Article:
Image credit: DreamLeague, via Twitter (@ESLDota2)
Esports holding company ESL FACEIT Group has announced that Dota 2’s DreamLeague is set to return on September 18th with a new format.
Sponsored by Intel, DreamLeague will occur prior to the upcoming The International 2023, with its 21st season once again having a $1m (~£791,000) prize pool.
Taking place over seven days, the season will feature a shorter format than previous seasons to fit the event into the 2023 Dota 2 esports calendar.
DreamLeague Season 21 invites 12 Dota 2 teams — including Evil Geniuses and Team Liquid — to compete for a total prize pool of $1m (~£791,000). The new format is divided into two stages: DreamLeague’s new Group Stage from September 18th-21st and the Playoffs from September 21st-24th.
The Group Stage was significantly shortened to feature two round-robin groups of six teams each, with two teams being eliminated from each bracket. All Group Stage games will be played in a two-game series containing two consecutive BO1s.
The eight advancing teams will have to battle through the double-elimination bracket of the Playoffs. All playoff matches will be BO3, with four teams starting in the upper bracket and four in the lower bracket. The winner of the BO5 Grand Finals will take home $300,000 (~£237,000).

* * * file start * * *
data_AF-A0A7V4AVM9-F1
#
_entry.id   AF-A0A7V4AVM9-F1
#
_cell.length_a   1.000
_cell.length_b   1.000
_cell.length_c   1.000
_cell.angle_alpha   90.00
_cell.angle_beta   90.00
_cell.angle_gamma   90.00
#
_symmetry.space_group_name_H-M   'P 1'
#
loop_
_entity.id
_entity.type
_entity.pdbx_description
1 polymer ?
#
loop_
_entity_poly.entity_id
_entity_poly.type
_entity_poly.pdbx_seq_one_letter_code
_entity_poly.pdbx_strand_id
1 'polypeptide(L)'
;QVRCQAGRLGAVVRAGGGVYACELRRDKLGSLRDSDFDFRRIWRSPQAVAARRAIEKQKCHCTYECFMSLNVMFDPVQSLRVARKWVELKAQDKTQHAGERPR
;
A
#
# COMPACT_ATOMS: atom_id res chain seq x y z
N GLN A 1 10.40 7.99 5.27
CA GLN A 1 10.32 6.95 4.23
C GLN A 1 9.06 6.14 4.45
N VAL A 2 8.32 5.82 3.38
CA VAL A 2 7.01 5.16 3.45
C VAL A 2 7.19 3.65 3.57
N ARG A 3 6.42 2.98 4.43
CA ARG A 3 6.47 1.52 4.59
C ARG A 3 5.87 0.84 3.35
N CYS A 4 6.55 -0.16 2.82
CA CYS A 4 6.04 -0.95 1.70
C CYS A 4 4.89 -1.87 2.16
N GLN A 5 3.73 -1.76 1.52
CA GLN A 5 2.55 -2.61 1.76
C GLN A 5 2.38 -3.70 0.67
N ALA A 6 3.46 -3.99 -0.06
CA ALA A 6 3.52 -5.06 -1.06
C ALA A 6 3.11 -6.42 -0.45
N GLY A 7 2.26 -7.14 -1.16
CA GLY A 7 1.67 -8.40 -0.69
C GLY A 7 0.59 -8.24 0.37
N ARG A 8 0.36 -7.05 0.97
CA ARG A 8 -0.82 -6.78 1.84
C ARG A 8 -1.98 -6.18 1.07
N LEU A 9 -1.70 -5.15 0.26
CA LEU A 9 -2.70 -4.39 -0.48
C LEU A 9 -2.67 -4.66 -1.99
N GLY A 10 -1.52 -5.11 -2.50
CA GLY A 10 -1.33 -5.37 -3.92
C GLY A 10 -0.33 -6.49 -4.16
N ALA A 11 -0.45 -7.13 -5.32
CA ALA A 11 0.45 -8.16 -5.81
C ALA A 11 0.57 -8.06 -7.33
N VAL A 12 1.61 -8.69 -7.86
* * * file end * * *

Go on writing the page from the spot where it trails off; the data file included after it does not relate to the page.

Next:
DreamLeague is one of the longest-running DOTA 2 events following its launch in 2013 by DreamHack. The competition is now organised by ESL FACEIT Group (EFG) and DreamLeague revamped the event in 2023 to fit within the newly restructured ESL Pro Tour.
Shane Clarke, Director, Game Ecosystems – Dota 2 at EFG, commented on the upcoming DreamLeague season: “We’re incredibly excited to continue the ESL Pro Tour for Dota 2 journey and bring DreamLeague’s unprecedented online atmosphere to live again this September.
“With Season 21 being played on patch 7.34 and the last top-tier competition before TI12, it promises to be an even more electrifying battle as teams have the opportunity to gain additional tournament experience and finetune their skills.”
Lea is a business student with too many passions and too little time. In addition to missing her shots in Valorant, she spends her free time advocating for mental health awareness and fostering inclusive esports communities.